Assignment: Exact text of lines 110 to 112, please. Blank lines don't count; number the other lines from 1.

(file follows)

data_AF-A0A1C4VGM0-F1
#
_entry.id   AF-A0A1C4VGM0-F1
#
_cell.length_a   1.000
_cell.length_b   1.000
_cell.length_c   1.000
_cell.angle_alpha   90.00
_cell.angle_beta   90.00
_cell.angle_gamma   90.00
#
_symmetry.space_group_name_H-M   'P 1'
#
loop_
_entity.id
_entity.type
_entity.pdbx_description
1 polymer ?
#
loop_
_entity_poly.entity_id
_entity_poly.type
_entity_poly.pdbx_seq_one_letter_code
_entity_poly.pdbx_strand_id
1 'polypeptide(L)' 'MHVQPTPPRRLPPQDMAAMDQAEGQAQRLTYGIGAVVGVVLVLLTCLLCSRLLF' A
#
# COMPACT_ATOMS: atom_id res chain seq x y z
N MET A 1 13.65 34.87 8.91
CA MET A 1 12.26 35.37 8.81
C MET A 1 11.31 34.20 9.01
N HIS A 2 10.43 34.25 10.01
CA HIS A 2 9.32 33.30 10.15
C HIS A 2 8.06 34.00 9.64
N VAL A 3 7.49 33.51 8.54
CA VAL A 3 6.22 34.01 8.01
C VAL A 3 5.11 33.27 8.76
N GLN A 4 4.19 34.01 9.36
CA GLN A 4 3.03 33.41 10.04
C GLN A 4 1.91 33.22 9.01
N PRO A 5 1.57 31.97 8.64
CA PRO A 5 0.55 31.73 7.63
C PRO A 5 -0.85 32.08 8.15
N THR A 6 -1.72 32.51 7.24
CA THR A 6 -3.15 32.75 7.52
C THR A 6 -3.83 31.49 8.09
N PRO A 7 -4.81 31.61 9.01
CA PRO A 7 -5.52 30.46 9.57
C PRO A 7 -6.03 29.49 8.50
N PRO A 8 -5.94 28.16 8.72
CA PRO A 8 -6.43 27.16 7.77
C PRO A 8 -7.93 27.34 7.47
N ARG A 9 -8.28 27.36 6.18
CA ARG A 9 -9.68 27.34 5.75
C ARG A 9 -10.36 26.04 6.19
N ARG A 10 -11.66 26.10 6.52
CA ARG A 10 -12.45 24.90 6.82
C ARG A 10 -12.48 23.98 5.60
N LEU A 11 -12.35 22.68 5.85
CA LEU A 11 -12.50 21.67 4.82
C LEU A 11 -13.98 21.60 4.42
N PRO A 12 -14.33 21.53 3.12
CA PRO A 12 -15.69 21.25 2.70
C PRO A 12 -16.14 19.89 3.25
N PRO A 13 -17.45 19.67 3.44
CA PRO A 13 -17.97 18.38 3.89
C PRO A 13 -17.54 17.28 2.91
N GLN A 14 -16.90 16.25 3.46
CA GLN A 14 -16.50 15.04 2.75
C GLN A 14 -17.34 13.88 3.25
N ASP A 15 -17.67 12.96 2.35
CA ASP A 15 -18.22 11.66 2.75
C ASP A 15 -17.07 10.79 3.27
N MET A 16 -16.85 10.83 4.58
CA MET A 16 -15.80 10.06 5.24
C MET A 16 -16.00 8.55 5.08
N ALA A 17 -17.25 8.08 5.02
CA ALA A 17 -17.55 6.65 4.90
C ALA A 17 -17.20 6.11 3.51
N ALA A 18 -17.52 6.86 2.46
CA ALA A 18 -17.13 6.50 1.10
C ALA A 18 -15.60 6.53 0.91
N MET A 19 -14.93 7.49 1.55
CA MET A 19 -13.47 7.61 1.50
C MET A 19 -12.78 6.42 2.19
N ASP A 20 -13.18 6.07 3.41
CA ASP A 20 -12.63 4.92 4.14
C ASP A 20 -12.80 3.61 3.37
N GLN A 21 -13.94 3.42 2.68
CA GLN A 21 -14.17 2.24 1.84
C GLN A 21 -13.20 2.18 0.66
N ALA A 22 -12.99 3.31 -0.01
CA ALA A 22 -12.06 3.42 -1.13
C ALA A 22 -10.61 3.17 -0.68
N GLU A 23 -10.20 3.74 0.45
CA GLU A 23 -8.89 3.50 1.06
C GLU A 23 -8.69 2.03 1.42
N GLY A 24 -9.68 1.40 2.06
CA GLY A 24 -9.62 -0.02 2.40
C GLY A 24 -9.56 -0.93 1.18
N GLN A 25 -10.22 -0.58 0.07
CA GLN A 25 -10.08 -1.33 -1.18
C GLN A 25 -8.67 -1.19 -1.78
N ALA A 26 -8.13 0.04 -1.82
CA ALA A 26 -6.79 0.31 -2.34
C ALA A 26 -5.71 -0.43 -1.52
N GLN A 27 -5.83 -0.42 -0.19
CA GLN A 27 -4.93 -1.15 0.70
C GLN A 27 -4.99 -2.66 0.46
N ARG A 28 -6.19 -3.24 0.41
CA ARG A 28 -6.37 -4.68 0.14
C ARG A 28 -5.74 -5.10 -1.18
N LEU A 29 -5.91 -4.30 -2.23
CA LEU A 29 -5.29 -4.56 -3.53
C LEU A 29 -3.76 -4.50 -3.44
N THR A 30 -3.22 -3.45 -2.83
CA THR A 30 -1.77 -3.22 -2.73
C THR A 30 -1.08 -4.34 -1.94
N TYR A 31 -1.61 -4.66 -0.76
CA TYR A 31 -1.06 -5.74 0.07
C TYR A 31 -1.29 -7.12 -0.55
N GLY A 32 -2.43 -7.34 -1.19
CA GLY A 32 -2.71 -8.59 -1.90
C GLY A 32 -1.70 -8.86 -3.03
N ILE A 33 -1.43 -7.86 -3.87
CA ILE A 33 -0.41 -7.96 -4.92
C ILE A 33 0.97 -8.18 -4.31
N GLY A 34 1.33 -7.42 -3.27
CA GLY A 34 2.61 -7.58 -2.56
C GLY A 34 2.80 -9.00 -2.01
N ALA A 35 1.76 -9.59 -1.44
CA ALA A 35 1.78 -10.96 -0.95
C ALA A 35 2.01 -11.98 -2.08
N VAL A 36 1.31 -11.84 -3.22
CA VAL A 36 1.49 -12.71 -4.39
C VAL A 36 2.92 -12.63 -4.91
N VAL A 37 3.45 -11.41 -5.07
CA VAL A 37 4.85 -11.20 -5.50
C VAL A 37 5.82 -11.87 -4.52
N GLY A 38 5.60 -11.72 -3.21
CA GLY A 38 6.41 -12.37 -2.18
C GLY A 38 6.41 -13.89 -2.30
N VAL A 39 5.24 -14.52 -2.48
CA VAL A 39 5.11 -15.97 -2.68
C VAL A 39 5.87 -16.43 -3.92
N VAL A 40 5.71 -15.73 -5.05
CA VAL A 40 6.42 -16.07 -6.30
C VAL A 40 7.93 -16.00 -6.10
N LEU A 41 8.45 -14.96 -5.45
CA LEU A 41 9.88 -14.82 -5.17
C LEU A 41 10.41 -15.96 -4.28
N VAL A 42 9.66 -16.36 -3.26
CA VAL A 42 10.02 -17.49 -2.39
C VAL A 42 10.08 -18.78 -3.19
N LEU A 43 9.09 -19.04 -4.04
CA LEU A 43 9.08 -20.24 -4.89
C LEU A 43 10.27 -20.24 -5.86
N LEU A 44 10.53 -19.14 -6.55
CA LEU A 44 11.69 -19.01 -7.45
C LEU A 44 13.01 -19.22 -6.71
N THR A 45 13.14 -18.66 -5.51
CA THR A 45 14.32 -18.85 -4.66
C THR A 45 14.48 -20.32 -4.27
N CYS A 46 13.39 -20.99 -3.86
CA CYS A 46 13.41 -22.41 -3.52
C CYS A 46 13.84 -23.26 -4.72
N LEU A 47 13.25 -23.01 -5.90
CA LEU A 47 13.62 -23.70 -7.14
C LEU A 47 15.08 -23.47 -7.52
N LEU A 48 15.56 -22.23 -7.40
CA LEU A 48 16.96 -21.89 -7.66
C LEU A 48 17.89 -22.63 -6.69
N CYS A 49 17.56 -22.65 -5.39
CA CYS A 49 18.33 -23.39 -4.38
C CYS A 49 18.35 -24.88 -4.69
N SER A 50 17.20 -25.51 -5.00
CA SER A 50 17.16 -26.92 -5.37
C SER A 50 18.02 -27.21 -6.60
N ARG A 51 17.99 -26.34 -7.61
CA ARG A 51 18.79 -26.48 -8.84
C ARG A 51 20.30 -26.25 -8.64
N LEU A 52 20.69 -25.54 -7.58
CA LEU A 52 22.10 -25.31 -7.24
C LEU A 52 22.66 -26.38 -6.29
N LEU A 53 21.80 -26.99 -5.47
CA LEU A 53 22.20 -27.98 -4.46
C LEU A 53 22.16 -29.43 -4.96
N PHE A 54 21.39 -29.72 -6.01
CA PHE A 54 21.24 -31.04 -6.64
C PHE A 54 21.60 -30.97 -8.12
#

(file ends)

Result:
CA ARG A 28 -6.37 -4.68 0.14
C ARG A 28 -5.74 -5.10 -1.18
N LEU A 29 -5.91 -4.30 -2.23